Soulouque, like Boyer, enjoyed a comparatively long period of power that yielded little of value to his country. Whereas Boyer's rule had been marked by torpor and neglect, Soulouque's was distinguished by violence, repression, and rampant corruption. Soulouque's expansive ambitions led him to mount several invasions of the Dominican Republic. The Dominicans turned back his first foray in 1849 before he reached Santo Domingo. Another invasion in 1850 proved even less successful. Failed campaigns in 1855 and in 1856 fueled mounting discontent among the military; a revolt led by Geffrard, who had led a contingent in the Dominican campaign, forced the emperor out of power in 1859.

Geffrard, a dark-skinned mulatto, restored the old order of elite rule. After the turmoil of Soulouque's regime, Geffrard's rule seemed comparatively tranquil and even somewhat progressive. Geffrard produced a new constitution based largely on Pétion's 1816 document, improved transportation, and expanded education (although the system still favored the upper classes). Geffrard also signed a concordat with the Vatican in 1860 that expanded the presence of the Roman Catholic Church and its preponderantly foreign-born clergy in Haiti, particularly through the establishment of parochial schools. The move ended a period of ill will between Haiti and the church that had begun during the revolutionary period.

Intrigue and discontent among the elite and the piquets beset Geffrard throughout his rule. In 1867 General Sylvain Salnave -- a light-skinned mulatto who received considerable support from blacks in the north and in the capital -- forced Geffrard from office. The overthrow profoundly unsettled the country, and Salnave's end came quickly. Rural rebellion among anti-Salnavist peasants who called themselves cacos (a term of unknown derivation) triggered renewed unrest among the piquets in the south. After several military successes, Salnave's forces weakened, and the leader fled Port-au-Prince. Caco forces captured him, however, near the Dominican border, where they tried and executed him on January 15, 1870. Successive leaders claimed control of most of the country and then regularly confirmed their rule ex post facto through a vote by the legislature, but none succeeded in establishing effective authority over the entire country.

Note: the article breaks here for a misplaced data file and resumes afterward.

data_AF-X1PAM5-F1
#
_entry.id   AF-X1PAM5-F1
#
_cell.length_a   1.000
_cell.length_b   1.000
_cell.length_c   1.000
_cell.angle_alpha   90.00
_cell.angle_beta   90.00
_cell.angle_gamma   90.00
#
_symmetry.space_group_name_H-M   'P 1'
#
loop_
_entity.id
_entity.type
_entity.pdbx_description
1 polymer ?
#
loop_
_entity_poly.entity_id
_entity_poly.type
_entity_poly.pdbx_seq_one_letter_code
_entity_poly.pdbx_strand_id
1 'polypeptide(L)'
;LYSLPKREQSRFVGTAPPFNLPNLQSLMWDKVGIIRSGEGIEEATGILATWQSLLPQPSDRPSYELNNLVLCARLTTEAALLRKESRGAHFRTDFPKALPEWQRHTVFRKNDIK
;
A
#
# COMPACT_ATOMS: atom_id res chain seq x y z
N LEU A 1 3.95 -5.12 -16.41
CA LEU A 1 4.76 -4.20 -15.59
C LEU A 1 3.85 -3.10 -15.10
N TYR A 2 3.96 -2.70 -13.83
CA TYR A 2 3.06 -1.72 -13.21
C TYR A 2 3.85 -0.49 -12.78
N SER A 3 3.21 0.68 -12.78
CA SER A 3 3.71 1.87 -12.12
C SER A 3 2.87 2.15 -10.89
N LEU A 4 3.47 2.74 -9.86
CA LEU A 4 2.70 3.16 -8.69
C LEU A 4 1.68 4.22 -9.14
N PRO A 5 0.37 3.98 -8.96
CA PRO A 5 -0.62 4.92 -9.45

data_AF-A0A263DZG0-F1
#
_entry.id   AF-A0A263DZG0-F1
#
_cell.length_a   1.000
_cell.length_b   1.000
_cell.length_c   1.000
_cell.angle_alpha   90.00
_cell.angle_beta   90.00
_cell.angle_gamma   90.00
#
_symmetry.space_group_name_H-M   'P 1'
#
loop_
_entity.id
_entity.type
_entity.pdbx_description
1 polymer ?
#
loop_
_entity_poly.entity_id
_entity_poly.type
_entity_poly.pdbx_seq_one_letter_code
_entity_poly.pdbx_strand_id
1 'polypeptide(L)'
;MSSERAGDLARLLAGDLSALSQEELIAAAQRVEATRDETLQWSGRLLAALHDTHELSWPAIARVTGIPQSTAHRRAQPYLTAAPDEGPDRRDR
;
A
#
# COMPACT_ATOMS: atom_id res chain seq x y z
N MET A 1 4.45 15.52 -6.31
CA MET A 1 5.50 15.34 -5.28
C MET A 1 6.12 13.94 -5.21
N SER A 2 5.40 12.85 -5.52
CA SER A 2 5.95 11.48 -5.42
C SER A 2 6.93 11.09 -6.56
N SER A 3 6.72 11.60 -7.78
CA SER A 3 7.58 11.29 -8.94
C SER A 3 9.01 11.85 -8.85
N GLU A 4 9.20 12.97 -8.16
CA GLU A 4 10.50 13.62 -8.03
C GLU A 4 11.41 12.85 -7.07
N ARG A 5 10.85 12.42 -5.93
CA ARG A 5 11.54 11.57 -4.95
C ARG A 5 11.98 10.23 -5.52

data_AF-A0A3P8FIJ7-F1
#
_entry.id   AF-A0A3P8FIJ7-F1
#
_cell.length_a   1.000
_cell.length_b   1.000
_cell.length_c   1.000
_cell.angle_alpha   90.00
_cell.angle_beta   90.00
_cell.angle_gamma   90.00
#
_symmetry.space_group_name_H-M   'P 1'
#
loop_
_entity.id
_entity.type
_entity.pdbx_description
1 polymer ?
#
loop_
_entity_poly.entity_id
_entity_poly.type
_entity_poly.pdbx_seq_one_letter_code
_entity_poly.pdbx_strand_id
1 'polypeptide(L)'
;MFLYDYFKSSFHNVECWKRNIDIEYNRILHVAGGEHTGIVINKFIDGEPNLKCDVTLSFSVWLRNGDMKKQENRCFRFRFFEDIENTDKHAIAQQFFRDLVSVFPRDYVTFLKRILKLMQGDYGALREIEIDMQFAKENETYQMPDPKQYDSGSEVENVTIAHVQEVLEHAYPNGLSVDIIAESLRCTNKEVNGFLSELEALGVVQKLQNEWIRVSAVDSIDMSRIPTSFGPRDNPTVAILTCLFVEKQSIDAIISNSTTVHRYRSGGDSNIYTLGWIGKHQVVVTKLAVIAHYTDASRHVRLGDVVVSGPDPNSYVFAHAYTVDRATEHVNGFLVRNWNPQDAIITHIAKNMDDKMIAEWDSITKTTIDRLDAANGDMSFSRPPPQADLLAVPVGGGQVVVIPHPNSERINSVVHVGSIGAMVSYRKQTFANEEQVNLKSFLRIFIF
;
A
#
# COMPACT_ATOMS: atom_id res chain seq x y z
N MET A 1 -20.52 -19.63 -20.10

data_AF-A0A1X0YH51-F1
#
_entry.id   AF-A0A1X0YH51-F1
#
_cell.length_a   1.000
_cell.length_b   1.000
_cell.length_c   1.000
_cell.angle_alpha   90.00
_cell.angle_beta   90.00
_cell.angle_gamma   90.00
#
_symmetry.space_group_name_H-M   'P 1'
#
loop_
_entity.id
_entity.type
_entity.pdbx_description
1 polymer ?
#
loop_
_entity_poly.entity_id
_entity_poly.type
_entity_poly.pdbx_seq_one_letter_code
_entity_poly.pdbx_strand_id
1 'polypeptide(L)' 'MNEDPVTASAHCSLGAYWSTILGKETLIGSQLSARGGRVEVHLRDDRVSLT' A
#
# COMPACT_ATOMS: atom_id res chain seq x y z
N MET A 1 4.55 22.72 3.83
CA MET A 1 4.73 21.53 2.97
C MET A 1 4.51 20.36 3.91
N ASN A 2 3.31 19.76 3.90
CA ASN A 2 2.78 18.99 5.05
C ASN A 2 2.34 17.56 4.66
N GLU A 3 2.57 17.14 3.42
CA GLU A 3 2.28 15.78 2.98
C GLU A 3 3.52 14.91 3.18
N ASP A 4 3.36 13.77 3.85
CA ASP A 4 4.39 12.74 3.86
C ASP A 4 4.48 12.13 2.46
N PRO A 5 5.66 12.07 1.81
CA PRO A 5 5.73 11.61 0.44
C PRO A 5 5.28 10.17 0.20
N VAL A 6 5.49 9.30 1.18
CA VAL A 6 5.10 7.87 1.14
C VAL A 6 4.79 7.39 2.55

Rebellion, intrigue, and conspiracy continued to be commonplace even under the rule of Louis Lysius Félicité Salomon (1879-88), of the National Party (Parti National--PN), the most notable and effective president of the late nineteenth century. During one seven-year term and the beginning of a second, Salomon revived agriculture to a limited degree, attracted some foreign capital, established a national bank, linked Haiti to the outside world through the telegraph, and made minor improvements in the education system. Salomon, the scion of a prominent black family, had spent many years in France after being expelled by Riviére- Hérard. Salomon's support among the rural masses, along with his energetic efforts to contain elite-instigated plots, kept him in power longer than the strongmen who preceded and followed him. Still, Salomon yielded--after years of conflict with forces led by the Liberal Party (Parti Liberal--LP), and other disgruntled, power-hungry elite elements.

Political forces during the late nineteenth century polarized around the Liberal and the National parties. Mulattoes dominated the Liberal ranks, while blacks dominated the National Party; both parties were nonideological in nature. The parties competed on the battlefield, in the legislature, within the ranks of the military, and in the more refined but limited circles of the literati. The more populist Nationalists marched under the banner of their party slogan, "the greatest good for the greatest number," while the blatantly elitist Liberals proclaimed their preference for "government by the most competent."